Antique Collectors

Bang Bang Bang. Sold!
Have you ever seen an antique auction on a TV show and thought that looked like fun? Being an antique collector can be a great hobby or even a career for the right person. Let’s find out what it takes.

Who are antique collectors?
The technical term for an antique collector is an antiquarian. That sounds very official, but the truth is you don’t have to have an advanced degree or be wealthy to get into antiques. For many people, it is just a hobby.
Maybe they enjoy doing the work of restoring and caring for antique items, or they are so into one type of item that they start collecting them. Other people create beautiful effects by decorating their home with an antique style.

How do you recognize antique collectibles?
Before you run off to the antique auction with your piece, it does help to be able to recognize the real thing. The good news is, you can get started right away.
Look all over the object for any clues as to its age.
This means looking under cabinet drawers and lids, flipping tables upside down, pulling back outfits on toys.
Look for any marks from the manufacturer.
This can often rule out modern pieces which usually have a tag.
Examine how it was made.
Saw cuts or the joints on wooden furniture can help estimate the dates. Patterns are often unique and can be used as references. The type of materials used will also be a clue as to an object’s age.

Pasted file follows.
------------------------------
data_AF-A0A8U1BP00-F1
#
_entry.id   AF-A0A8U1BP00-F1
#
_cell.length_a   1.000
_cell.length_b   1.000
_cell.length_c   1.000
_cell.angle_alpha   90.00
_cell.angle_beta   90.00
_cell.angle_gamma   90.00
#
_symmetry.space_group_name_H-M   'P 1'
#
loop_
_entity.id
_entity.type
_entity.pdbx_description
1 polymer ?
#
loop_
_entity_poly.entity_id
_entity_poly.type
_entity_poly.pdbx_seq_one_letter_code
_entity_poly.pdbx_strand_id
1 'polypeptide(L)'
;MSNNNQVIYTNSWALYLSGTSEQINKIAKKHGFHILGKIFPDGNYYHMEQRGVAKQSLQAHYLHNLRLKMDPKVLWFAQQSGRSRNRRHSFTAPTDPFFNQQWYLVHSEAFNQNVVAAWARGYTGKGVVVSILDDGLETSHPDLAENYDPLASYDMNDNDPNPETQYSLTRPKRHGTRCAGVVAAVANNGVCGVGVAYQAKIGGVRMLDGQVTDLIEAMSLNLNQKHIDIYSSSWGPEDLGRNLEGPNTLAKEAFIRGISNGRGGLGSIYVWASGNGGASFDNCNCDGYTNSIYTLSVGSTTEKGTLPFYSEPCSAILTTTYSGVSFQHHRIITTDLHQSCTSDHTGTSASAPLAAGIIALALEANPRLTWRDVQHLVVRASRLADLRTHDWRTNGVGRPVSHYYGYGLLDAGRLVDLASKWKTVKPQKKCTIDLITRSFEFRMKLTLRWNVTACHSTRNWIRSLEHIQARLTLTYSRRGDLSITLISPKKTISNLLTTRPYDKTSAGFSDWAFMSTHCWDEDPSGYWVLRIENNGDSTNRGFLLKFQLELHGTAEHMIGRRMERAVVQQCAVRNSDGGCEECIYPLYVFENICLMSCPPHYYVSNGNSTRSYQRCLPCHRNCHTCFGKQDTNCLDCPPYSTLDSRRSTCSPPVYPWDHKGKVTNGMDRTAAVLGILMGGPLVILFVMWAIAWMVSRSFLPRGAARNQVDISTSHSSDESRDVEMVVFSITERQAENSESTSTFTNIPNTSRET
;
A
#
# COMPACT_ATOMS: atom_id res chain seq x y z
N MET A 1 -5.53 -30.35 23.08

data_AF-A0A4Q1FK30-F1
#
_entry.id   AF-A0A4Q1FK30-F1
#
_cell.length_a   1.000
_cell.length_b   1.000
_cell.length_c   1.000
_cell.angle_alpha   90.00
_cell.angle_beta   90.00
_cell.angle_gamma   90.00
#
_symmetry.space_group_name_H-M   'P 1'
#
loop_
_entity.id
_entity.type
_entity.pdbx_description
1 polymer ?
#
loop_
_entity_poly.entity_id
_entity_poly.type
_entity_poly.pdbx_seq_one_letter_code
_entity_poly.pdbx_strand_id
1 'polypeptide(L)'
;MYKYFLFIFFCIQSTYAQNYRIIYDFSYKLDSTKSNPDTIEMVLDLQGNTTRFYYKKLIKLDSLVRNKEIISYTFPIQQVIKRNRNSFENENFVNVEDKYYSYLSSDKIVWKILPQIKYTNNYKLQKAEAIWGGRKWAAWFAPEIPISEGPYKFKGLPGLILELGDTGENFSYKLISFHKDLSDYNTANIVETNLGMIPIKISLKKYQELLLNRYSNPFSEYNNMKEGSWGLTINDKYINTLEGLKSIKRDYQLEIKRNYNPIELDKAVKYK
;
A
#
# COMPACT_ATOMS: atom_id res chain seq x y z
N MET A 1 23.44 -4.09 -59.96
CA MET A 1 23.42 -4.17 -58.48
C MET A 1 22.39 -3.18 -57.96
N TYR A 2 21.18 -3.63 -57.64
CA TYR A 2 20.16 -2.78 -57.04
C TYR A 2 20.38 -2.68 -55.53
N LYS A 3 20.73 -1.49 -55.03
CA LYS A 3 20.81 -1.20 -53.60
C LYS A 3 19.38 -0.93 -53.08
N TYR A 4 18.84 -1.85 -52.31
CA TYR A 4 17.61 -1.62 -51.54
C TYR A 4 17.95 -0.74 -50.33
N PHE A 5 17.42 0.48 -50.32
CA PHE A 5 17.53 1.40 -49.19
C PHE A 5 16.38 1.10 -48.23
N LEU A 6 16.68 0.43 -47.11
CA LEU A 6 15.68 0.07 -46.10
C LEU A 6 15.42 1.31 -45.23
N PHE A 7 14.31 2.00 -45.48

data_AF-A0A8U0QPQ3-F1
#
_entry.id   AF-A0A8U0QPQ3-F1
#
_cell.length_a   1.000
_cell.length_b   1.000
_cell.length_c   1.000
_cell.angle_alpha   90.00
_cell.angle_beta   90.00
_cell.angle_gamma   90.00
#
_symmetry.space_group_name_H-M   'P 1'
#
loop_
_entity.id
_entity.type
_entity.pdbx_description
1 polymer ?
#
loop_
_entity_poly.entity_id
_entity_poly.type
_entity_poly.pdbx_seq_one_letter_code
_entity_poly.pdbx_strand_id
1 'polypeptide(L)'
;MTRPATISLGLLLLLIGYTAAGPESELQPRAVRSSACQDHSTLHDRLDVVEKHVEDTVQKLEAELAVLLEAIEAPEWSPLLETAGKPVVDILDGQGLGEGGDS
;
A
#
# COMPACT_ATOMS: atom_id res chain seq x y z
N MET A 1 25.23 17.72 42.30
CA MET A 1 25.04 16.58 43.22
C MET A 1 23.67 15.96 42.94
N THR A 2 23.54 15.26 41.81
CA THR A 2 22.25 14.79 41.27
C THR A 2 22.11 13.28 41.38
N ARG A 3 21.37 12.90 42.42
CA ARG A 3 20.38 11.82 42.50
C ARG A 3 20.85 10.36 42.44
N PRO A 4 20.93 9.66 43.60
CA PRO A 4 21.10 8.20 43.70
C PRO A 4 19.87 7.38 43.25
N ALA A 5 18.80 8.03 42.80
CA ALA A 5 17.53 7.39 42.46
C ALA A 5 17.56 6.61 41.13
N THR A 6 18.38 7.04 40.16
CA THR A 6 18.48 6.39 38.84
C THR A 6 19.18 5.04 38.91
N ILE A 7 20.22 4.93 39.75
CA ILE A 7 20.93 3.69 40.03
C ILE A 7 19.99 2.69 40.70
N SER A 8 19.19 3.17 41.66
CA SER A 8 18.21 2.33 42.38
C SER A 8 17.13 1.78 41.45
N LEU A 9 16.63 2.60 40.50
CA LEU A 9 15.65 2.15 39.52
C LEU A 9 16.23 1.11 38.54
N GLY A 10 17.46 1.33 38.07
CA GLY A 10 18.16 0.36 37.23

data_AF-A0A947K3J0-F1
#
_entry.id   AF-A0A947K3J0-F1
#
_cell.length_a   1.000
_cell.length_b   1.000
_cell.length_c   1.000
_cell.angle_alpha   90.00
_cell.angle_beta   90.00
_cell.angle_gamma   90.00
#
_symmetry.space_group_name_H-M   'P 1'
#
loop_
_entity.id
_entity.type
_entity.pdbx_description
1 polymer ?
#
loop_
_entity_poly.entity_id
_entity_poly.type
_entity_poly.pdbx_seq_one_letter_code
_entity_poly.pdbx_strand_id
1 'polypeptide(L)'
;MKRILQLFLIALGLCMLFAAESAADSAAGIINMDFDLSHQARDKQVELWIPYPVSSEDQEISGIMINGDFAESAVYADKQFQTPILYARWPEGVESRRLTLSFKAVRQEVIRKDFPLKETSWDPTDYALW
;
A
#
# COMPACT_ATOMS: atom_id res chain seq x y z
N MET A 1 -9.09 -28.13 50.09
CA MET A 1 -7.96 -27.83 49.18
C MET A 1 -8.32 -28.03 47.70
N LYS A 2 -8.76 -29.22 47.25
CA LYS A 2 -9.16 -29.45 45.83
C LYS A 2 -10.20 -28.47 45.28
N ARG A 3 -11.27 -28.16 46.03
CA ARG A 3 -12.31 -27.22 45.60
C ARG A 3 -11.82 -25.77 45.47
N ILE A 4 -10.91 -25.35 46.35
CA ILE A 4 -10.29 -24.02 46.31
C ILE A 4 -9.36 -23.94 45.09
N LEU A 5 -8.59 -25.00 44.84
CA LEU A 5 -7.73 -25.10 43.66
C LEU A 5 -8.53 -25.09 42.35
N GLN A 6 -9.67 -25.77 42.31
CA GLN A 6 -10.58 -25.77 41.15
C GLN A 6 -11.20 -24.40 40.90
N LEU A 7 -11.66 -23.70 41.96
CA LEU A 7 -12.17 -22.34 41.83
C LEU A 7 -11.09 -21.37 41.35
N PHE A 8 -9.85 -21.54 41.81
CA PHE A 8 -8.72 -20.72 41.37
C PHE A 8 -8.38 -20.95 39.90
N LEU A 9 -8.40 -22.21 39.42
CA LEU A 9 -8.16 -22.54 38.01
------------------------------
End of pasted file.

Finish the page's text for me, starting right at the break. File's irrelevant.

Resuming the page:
Take the information you find online or to an antique dealer.
Some websites specialize in identifying specific items. You can take a mark from a piece of pottery online and compare it to find the maker. For a book, you can search for publishing companies.

How to preserve antique objects?
One of the most common mistakes seen at an antique auction is an item that has lost its value because it wasn’t preserved properly. Here are some tips for antique collectors to follow.
Store them in the right place.
Don’t put items in direct sunlight or next to air vents and stoves. Some items like papers need to be protected from air by storing them in an airtight container.
Dust, polish and keep them clean
Many finishes can be degraded just from dust and residue that sits on the surface. Use gentle, non-chemical cleaners.

Leave the finish alone!
Do not treat the finish. The idea is to preserve it in its original condition. Any change in appearance can hurt the value. Same is true for repairing chips and cracks. Some objects look better with some age shown.

How do you become an antique dealer?
The best way to start out is to find your niche. Reflect on what appeals to your interests, fits in your finances, and seems to have a market. Gain expertise if this area. While formal education can be useful, being an antique collector can learn a lot with hands-on experience. Get out there and give it a try. The knowledge will follow.
If you go to an antique auction, be sure to be there when they bang the gavel and say, “Sold”.